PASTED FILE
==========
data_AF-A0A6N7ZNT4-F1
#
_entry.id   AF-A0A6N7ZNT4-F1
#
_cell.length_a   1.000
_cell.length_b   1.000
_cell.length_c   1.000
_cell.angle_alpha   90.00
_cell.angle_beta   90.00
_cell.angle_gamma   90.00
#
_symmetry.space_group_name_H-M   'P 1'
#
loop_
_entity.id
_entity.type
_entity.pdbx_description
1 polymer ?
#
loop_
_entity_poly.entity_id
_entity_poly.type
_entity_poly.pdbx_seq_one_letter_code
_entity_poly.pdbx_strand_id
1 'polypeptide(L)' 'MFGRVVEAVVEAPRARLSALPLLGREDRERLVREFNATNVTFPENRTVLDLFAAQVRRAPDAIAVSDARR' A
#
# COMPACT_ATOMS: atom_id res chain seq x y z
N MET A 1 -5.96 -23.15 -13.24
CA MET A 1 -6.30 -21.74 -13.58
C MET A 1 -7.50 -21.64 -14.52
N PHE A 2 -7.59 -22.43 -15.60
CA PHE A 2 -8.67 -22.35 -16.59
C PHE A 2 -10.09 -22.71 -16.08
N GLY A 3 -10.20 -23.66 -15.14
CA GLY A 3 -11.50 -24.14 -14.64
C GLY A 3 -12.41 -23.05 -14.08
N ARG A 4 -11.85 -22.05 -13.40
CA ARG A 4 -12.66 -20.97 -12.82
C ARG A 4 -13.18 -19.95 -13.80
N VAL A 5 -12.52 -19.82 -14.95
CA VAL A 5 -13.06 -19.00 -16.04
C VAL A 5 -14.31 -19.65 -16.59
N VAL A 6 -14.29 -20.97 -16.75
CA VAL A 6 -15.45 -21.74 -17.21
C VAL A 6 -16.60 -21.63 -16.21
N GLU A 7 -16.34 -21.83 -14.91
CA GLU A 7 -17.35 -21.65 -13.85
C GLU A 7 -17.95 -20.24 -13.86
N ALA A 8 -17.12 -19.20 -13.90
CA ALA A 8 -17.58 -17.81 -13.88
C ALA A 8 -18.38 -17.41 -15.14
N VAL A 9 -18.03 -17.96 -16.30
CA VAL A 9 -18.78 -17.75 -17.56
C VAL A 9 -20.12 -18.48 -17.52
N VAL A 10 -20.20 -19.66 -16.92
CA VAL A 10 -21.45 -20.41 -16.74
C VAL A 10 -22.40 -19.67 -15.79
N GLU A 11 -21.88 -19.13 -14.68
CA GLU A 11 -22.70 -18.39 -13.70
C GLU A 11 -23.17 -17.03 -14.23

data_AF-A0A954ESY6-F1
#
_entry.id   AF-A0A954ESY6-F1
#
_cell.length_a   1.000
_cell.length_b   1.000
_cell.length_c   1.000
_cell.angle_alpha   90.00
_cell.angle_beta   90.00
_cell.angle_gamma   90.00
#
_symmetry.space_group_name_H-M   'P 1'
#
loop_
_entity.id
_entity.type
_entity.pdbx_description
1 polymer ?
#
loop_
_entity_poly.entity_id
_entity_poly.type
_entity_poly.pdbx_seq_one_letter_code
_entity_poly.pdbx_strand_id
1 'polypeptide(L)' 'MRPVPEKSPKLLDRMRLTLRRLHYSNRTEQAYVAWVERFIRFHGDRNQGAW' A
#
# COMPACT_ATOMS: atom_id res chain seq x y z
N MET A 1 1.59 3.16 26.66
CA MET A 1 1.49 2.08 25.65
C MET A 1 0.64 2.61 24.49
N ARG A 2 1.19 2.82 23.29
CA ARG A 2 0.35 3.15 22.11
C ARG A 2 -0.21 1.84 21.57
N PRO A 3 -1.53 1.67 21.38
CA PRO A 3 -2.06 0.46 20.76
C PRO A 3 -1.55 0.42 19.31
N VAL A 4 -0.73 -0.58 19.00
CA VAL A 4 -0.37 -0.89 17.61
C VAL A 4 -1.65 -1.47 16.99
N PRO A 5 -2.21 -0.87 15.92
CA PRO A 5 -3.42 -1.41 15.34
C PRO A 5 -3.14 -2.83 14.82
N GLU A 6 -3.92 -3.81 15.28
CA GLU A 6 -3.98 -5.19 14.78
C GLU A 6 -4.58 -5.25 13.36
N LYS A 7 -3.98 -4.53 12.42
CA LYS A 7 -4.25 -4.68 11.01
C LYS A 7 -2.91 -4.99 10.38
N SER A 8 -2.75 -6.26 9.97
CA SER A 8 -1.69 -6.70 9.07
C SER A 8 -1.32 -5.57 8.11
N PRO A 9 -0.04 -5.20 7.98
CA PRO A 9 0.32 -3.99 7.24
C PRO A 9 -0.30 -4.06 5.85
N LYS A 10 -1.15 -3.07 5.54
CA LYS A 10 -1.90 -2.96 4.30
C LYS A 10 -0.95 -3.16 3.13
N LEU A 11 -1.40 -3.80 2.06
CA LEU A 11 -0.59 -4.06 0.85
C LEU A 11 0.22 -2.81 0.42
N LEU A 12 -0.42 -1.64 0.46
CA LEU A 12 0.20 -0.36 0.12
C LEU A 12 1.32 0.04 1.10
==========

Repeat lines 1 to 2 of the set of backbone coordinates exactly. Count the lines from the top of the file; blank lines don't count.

data_AF-A0A6N7ZNT4-F1
#